The Librarian’s Cellar: At the Cinema – The Shape of Water

The story goes that at the 2014 Golden Globes awards, Guillermo Del Toro bumped into Sally Hawkins, sweeping her off her feet as he told her that he was writing a movie for her, “You fall in love with a fish man!” he added. Well, true or not, Sally’s character, Elisa, does indeed fall in love with a creature from the deep in this fantastical tale and thriller (of sorts!). With a stellar cast that also includes Michael Shannon, Octavia Spencer and Richard Jenkins, The Shape of Water is captivating, romantic and made wonderful by the remarkable performances from the cast. As you would expect from Del Toro, the production design is spectacular, and there are magical layers to the character ‘Elisa’  a young lady with no apparent family, who does not speak, yet can communicate with more articulation and humanity than any of the characters in her world. While it does not have the depth and darkness of Pan’s Labyrinth or The Devil’s Backbone, this film is a delightful fairytale for adults, worthy of the Oscar accolades it has received, and one I will watch again and again.

The Librarian’s Cellar: At The Cinema: Maudie

I have seen this film twice now, the second time when I was lucky enough to view it at a screening attended by director Aisling Walsh and actor Ethan Hawke. Based on a true story, the film is a compelling portrait of Canadian folk artist, Maud Lewis, played by the wonderful Sally Hawkins, and focuses on her relationship and subsequent forty-year marriage with Everett, a fisherman, living hand to mouth. A cinematic treat for the senses, Maudie reflects the 1930’s small town mentality, particularly through the prevalent attitudes to her free spirit and her disability, rheumatoid arthritis, a painful condition that grew progressively worse as she aged. The film also charts her path to becoming an accomplished folk artist while never flinching from the hardships endured by Maudie as she shares her life with Everett in their tiny shack. No spoilers here, but there is also a particularly poignant element to Maudie’s story that I guarantee will bring on the tears! An Irish / Canadian co-production, Maudie is a study of the resilience and tenacity of a gifted artist in the face of adversity.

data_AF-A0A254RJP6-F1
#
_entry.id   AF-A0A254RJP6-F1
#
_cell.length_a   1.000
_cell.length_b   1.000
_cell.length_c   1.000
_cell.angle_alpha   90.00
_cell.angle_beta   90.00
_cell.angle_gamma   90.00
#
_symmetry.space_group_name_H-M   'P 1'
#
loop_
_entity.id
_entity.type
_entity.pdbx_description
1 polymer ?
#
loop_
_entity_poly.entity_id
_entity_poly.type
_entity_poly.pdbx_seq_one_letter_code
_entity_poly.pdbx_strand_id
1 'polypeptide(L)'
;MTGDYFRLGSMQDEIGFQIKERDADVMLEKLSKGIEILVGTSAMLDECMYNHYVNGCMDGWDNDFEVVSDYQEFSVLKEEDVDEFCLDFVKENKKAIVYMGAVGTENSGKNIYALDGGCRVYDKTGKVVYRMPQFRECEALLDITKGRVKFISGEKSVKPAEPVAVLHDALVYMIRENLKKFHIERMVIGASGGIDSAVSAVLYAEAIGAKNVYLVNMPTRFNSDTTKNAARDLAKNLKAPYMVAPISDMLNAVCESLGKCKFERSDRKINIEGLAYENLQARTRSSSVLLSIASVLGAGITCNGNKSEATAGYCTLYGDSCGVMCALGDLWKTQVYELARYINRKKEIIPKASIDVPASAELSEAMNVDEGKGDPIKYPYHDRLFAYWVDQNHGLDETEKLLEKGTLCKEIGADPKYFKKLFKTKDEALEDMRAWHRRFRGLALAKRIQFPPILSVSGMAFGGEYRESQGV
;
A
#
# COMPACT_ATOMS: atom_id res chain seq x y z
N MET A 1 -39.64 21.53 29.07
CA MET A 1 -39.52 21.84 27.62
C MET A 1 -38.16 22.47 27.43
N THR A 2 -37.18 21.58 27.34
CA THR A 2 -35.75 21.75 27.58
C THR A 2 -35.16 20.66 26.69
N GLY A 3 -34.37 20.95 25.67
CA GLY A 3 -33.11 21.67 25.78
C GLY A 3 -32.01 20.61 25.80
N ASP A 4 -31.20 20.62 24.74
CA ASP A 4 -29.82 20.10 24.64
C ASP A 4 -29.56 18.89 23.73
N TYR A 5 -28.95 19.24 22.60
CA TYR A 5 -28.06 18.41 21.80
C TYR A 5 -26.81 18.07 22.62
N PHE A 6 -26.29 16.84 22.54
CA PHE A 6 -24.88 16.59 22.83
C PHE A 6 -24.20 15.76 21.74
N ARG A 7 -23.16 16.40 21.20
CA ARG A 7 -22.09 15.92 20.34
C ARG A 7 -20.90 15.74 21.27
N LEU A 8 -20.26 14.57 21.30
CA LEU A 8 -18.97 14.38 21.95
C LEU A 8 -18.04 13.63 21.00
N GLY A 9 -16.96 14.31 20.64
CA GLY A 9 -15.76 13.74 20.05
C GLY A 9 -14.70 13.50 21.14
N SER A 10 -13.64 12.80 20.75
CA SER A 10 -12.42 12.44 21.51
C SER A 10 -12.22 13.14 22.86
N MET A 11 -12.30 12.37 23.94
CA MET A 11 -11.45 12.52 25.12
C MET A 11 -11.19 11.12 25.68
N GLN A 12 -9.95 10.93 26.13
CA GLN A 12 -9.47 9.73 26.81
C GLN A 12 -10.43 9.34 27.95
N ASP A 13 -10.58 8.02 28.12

Maudie | 15A | 1 hour 55 mins | 2016

The Librarian’s Cellar: At the Cinema: The Lodgers

What a beautiful gothic horror film. Directed by Brian O’Malley and written by David Turpin, The Lodgers is set in rural Ireland in 1920, and filmed on location in Loftus Hall, Wexford. In a crumbling mansion filled with secrets, twins Edward and Rachel keep to themselves, cursed by the nightly visitors who keep a tight reign on the brother and sister with a set of rules that have dire consequences upon breaking. Until that is, Rachel encounters a young man from the local village, a wounded war veteran, and she begins to see another life outside of her prison home. The production design on this film is stunning, the story highly original, and the ending, just perfect!

The Lodgers | 1 hr 32 mins | Tailored Films | 2017

The Librarian’s Cellar: At the Cinema: Three Billboards Outside Ebbing, Missouri

Frances McDormand plays a determined mother who rents three billboards to bring attention to the unsolved rape and murder of her daughter. Written and directed by Martin McDonagh, this film is searing in the level of violence and diverse characterisation that covers racism, suicide, grief and revenge. And it works, probably due to the perfect casting of McDormand, Sam Rockwell, Woody Harrelson et al. And there is comedy, mostly black, that keeps the viewer from going under at the sheer harshness of the subject matter.